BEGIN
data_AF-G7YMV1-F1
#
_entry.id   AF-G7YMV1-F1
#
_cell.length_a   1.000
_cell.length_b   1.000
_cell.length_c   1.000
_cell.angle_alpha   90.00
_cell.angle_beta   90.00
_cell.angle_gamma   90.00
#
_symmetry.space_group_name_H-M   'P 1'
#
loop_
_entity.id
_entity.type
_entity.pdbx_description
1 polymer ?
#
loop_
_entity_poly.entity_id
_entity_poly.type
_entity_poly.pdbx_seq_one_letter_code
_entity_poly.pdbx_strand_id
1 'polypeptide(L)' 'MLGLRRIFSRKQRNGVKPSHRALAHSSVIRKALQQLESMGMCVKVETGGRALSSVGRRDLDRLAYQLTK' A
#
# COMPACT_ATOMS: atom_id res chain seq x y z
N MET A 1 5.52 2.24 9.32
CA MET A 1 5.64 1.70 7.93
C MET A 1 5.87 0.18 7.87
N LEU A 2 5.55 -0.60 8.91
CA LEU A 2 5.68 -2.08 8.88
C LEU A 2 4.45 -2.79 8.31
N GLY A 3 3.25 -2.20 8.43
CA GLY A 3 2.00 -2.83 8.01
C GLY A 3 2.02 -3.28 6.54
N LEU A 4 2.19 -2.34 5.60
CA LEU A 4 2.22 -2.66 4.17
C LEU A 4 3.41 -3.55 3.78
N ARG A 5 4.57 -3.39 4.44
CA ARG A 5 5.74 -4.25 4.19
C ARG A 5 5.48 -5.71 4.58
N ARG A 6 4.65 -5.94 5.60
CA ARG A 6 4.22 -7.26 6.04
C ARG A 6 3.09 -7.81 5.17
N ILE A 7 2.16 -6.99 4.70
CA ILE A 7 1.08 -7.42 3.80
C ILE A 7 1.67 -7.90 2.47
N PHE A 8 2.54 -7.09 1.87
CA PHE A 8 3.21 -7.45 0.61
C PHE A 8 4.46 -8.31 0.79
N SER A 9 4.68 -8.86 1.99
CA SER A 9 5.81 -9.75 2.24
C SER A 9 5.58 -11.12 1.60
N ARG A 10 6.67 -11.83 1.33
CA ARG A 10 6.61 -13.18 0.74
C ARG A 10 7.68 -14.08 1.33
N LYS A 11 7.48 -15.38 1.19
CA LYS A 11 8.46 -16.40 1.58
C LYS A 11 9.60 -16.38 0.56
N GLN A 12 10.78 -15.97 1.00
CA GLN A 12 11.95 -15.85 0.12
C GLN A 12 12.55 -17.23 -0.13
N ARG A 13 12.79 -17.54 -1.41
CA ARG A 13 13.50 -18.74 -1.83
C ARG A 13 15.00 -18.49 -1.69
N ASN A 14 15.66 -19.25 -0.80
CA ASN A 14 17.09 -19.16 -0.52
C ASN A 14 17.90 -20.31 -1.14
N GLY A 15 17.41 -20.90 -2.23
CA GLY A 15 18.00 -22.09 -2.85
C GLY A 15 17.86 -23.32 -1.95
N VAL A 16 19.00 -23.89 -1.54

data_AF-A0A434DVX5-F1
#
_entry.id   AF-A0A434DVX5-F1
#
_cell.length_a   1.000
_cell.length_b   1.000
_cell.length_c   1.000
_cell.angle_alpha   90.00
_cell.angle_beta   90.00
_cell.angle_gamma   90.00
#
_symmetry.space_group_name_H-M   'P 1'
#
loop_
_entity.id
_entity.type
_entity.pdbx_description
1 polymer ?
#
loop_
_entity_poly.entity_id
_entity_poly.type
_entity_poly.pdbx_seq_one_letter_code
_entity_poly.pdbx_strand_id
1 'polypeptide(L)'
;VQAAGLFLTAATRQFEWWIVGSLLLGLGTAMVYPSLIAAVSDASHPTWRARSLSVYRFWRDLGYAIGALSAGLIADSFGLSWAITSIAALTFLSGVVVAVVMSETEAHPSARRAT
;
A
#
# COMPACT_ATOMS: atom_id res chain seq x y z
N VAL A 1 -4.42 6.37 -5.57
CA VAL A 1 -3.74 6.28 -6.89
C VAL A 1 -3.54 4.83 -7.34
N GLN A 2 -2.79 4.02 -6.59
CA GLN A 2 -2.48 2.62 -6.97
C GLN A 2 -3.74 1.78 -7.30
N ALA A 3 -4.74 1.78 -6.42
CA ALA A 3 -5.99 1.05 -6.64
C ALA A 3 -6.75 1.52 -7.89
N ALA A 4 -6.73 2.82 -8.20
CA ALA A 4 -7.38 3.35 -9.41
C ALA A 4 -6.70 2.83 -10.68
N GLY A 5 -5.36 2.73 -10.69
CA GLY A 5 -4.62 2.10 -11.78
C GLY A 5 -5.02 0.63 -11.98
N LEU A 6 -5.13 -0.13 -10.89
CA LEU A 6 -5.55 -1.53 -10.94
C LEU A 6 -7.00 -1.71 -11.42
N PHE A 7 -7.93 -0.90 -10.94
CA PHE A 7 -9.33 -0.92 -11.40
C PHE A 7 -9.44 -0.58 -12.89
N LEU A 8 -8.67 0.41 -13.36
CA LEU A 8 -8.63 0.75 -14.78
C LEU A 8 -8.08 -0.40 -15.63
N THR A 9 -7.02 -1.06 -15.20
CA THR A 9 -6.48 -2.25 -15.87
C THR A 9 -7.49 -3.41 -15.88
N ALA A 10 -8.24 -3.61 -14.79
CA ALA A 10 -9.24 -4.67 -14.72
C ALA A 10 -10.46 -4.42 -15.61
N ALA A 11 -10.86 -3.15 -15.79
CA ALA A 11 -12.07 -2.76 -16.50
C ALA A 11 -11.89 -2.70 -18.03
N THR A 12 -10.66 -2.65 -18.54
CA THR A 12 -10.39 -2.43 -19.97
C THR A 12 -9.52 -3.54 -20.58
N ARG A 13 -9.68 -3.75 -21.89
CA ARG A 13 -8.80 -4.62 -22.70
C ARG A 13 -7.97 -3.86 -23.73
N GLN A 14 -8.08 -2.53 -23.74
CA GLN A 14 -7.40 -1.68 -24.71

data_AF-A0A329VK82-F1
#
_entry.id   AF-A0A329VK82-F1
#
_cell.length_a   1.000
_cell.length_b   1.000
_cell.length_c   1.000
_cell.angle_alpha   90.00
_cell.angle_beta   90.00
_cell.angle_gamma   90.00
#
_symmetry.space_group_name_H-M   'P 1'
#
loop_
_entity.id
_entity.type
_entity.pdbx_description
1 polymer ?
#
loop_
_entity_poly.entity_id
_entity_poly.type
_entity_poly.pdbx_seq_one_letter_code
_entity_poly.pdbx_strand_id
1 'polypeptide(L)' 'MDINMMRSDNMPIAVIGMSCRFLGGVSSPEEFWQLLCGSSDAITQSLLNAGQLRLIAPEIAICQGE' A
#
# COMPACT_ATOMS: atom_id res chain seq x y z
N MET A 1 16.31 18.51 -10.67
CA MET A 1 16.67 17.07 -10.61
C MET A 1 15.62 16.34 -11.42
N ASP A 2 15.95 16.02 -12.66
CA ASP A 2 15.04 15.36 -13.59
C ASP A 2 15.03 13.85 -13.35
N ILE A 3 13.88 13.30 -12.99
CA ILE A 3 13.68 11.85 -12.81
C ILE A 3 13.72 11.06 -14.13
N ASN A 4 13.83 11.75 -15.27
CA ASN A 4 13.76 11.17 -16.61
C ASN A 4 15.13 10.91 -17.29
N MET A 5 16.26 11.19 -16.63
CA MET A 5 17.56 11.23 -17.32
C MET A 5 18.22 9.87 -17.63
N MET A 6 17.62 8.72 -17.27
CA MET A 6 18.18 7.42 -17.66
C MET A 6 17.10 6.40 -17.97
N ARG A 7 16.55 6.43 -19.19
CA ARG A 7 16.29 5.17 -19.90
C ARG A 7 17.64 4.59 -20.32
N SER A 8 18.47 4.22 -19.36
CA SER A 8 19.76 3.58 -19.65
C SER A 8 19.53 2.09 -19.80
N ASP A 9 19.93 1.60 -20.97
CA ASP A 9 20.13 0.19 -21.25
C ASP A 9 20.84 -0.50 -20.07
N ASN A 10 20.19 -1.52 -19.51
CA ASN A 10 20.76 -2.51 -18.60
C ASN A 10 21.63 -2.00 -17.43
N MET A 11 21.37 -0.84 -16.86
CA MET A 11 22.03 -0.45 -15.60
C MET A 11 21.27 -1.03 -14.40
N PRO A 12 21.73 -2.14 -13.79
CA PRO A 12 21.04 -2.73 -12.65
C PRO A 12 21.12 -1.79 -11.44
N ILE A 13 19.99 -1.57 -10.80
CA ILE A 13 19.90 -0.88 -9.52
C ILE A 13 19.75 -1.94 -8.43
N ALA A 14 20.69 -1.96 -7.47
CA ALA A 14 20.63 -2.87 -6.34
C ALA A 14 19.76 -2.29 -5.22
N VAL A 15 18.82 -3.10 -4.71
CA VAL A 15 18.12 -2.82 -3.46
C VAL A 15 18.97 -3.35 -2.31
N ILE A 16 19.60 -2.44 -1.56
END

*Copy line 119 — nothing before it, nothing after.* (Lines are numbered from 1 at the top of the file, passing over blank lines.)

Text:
N LEU A 6 -5.13 -0.13 -10.89